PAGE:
The cost of Europe’s energy crisis is approaching 800 billion euros

The cost of Europe’s energy crisis is approaching 800 billion euros

The bill for European governments to protect consumers and businesses from rising energy costs has risen to nearly 800 billion euros, according to researchers, who are pushing countries to be more targeted in their expenditure to address the energy issue.

According to the analysis by think-tank Bruegel, European Union countries have now earmarked or budgeted 681 billion euros in energy crisis escalation, while Britain has given 103 billion euros and Norway has committed 8.1 billion euros since September 2021.

The 792-billion-euro sum compares to the 706-billion-euro total in Bruegel’s previous assessment in November, as countries continue to deal with the consequences from Russia’s decision to shut off most of its gas deliveries to Europe in 2022.

Germany led the way in terms of spending, allocating nearly 270 billion euros – a figure that dwarfed all other countries. Britain, Italy, and France came in second and third, with each spending less than 150 billion euros. The majority of EU member states spent a fraction of that.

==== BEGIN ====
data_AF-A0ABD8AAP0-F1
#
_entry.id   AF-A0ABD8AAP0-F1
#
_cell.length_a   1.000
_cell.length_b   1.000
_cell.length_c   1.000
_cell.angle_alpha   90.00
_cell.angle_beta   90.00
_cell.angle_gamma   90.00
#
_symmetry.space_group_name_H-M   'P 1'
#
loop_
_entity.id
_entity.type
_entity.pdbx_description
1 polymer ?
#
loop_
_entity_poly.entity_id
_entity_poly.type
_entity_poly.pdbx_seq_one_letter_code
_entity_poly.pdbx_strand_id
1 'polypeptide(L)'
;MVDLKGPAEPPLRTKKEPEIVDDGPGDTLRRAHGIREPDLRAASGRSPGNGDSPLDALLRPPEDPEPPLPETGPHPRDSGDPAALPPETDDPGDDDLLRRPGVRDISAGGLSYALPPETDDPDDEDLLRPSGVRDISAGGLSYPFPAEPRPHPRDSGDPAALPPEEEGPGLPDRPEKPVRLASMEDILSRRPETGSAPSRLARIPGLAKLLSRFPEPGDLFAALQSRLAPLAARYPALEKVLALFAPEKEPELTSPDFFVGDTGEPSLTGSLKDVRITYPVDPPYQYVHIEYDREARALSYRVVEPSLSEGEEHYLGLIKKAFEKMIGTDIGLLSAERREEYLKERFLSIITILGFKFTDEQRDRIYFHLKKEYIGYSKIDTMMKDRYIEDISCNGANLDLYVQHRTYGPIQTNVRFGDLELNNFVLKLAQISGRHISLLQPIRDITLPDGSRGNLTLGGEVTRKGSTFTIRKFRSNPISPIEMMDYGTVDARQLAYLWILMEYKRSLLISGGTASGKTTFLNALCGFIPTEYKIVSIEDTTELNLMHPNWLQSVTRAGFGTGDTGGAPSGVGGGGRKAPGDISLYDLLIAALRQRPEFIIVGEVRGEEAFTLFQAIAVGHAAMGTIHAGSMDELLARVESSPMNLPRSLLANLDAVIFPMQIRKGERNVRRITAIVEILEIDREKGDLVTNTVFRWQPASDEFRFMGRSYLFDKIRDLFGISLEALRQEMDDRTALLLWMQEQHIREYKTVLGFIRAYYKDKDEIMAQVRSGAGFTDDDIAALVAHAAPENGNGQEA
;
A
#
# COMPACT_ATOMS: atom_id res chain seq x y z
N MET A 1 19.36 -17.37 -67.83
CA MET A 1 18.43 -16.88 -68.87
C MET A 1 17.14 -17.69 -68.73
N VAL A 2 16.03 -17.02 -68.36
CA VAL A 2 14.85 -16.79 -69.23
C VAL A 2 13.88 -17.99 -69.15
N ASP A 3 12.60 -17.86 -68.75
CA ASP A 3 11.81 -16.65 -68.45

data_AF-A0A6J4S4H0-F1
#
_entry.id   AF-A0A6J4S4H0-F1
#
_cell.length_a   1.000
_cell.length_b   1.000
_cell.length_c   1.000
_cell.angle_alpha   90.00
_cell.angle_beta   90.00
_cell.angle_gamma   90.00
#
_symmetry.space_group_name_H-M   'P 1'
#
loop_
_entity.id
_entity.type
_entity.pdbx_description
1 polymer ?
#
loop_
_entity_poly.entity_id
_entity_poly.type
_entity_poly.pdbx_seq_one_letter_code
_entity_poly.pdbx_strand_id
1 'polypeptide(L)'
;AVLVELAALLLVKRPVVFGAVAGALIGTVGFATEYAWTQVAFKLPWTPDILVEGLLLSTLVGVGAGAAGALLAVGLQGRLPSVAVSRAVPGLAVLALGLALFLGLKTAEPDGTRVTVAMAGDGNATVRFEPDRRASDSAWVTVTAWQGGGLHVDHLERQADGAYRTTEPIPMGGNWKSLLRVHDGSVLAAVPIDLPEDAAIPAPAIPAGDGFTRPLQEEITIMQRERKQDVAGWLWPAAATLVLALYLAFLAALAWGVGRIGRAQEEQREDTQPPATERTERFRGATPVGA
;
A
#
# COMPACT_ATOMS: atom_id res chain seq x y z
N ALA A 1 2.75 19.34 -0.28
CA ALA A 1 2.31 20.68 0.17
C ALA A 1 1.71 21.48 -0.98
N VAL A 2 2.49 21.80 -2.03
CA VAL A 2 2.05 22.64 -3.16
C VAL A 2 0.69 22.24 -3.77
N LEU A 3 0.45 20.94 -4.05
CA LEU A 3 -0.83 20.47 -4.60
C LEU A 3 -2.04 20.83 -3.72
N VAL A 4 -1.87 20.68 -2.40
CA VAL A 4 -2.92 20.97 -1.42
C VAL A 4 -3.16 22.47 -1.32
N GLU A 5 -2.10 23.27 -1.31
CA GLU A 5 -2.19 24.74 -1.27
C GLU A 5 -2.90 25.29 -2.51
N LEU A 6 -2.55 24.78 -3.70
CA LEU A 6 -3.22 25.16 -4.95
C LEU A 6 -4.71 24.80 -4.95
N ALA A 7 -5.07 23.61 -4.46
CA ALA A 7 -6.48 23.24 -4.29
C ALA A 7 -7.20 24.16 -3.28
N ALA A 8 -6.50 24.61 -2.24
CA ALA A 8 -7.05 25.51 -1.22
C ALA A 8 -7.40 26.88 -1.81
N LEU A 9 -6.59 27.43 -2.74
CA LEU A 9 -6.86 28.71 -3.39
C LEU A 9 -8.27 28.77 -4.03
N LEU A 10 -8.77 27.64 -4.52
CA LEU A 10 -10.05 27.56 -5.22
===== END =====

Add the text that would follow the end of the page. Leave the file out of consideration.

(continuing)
Luxembourg, Denmark, and Germany were the highest spenders per capita.

The countries’ spending on the energy crisis is now on par with the EU’s 750 billion-euro COVID-19 recovery fund. To deal with the pandemic, Brussels agreed to take on joint debt and pass it on to the bloc’s 27 member states in 2020.

The update on energy spending comes as countries debate EU proposals to further relax state aid rules for green technology projects as Europe seeks to compete with subsidies in the United States and China.

Some EU capitals are concerned that encouraging more state aid will upset the bloc’s internal market. Germany has come under fire for its massive energy aid package, which far exceeds what the rest of the EU can afford.





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